Because Akt+/− mice have decreased active Rac1 in alveolar macrophages, we determined whether the combination of Akt deficiency and decreased Rac1 activity induced apoptosis in alveolar macrophages. WT and Akt+/− mice were exposed to chrysotile, and BAL was performed. BAL cells isolated from Akt+/− mice had a significant increase in caspase-3 activity compared with WT mice (Fig. 5G). These data suggest that Akt+/− mice have reduced macrophage survival due to increased apoptosis. Taken together, these data suggest that Akt and Rac1 enhance macrophage survival and lead to the development of a fibrotic phenotype in vivo.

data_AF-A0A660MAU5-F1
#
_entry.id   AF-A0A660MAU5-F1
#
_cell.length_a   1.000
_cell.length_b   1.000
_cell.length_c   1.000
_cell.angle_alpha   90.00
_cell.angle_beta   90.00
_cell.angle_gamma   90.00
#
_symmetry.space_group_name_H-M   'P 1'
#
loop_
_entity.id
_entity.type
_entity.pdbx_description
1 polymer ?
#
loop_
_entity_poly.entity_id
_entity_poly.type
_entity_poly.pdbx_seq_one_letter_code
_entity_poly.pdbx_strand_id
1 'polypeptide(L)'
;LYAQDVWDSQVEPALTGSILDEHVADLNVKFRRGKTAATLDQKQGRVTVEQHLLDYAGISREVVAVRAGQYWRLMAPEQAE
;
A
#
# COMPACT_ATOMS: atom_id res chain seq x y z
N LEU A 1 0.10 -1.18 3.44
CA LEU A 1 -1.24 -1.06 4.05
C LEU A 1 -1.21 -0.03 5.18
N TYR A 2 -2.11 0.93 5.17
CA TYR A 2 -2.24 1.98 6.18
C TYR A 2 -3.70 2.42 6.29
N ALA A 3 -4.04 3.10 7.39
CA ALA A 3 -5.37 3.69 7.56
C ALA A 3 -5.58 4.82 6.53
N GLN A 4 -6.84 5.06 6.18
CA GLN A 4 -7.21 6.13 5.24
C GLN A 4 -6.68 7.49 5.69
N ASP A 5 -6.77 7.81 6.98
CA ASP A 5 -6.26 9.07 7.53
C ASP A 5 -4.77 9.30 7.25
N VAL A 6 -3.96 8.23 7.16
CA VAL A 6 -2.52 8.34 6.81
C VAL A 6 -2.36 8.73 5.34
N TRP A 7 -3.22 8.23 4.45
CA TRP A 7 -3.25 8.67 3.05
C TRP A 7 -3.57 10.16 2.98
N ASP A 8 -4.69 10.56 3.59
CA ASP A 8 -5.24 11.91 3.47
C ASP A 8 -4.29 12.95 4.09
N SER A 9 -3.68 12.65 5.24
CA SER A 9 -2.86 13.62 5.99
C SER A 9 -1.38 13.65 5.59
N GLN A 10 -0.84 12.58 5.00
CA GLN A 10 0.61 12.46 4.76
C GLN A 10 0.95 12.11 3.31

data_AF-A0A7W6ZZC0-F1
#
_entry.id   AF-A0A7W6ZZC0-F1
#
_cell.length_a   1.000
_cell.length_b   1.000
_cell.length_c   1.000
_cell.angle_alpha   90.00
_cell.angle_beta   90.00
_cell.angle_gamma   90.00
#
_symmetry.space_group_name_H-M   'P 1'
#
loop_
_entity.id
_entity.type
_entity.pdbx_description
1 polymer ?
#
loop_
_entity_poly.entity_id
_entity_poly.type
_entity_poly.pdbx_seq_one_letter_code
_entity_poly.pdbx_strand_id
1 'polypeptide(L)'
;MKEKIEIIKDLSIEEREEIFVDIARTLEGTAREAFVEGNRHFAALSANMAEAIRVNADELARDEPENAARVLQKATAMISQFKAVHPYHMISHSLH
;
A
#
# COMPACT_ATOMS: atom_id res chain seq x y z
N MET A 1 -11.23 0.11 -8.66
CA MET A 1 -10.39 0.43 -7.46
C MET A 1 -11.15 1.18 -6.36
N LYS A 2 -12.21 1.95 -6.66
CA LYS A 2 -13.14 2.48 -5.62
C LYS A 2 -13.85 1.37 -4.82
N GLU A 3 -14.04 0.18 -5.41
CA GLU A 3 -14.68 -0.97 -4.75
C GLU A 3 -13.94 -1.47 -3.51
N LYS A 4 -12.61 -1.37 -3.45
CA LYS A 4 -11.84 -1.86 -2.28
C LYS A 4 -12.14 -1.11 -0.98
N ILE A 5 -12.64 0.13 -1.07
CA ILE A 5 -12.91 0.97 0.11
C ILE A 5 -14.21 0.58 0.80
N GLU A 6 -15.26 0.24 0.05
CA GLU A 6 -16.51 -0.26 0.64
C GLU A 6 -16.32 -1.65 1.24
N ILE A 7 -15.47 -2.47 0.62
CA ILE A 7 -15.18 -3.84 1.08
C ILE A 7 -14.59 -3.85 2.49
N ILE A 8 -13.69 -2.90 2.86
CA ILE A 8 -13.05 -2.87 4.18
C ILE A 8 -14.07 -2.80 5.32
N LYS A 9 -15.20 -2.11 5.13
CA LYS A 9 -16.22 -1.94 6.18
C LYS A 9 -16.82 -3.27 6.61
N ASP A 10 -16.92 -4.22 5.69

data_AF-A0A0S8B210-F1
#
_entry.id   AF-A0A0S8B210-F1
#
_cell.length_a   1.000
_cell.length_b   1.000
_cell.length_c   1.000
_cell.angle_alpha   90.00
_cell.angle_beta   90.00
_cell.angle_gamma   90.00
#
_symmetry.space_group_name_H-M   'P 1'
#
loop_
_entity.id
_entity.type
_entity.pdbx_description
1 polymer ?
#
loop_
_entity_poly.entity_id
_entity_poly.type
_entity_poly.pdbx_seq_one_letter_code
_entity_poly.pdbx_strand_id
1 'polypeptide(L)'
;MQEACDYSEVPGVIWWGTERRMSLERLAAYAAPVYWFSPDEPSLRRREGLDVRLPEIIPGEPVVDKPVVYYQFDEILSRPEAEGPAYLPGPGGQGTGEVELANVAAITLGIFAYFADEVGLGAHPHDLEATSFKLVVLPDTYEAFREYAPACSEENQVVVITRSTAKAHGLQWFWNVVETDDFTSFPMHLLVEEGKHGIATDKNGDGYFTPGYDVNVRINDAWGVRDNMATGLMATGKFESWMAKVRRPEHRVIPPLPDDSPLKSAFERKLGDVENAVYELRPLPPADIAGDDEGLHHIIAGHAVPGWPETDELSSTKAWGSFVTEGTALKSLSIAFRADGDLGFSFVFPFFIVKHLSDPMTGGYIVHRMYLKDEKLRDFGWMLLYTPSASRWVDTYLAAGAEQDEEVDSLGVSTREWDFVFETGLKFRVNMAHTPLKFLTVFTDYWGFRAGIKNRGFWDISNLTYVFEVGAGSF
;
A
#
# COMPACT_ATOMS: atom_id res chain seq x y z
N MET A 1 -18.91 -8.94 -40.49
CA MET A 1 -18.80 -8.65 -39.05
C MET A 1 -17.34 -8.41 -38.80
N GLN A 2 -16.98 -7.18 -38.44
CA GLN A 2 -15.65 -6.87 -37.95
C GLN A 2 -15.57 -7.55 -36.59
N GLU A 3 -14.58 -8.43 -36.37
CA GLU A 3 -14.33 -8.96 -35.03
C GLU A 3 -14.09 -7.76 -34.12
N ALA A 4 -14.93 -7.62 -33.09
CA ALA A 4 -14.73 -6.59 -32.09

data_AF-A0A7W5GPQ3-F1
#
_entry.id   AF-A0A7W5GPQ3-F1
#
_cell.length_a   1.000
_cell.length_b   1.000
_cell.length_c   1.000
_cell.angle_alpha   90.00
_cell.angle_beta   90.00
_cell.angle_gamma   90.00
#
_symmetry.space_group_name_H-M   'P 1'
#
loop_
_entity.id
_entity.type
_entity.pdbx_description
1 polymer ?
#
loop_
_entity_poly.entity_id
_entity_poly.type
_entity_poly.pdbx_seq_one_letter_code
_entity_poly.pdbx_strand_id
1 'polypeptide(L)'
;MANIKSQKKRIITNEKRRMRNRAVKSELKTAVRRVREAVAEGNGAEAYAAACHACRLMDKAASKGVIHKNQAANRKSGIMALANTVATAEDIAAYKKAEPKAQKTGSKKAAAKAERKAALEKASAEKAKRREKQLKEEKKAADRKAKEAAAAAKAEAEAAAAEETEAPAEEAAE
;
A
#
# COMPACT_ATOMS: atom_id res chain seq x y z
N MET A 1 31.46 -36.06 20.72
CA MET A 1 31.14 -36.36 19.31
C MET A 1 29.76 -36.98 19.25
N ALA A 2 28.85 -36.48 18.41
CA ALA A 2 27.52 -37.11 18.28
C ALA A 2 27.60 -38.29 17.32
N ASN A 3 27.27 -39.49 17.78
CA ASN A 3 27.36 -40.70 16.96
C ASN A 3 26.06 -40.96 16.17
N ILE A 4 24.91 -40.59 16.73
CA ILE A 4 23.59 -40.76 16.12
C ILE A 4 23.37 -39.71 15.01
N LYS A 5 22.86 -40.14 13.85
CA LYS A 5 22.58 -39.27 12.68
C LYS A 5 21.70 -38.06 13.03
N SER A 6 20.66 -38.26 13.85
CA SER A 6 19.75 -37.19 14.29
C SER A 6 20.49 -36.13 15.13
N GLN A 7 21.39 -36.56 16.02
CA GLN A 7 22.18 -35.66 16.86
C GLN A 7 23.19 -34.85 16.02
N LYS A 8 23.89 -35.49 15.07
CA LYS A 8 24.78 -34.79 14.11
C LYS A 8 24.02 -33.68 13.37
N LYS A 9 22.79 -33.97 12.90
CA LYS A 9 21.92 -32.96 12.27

Macrophages play a critical role in the pathogenesis of pulmonary fibrosis, and macrophage plasticity is an important feature in these immune cells. Activated macrophages are defined by two distinct phenotypes, classically activated (M1) and alternatively activated (M2), depending on their response to stimuli. Because fibrosis is associated with a dominant M2 phenotype and Akt has been associated with M2 macrophage polarization (47,–49), we investigated the role of Akt in macrophage polarization in our model. Macrophages overexpressing Akt had a significant increase in M2 genes (arginase-1; chitinase-like secretory lectin, Ym1; and TGF-β1), whereas M1 genes (TNF-α and IL-1β) were down-regulated or unchanged (Fig. 6A).
Because Akt induced TGF-β1 mRNA expression, we examined whether this was mediated through Rac1. Overexpression of Rac1WT significantly increased TGF-β1 mRNA expression in cells transfected with empty or Akt (Fig. 6B). When these cells were exposed to chrysotile, TGF-β1 expression was further induced.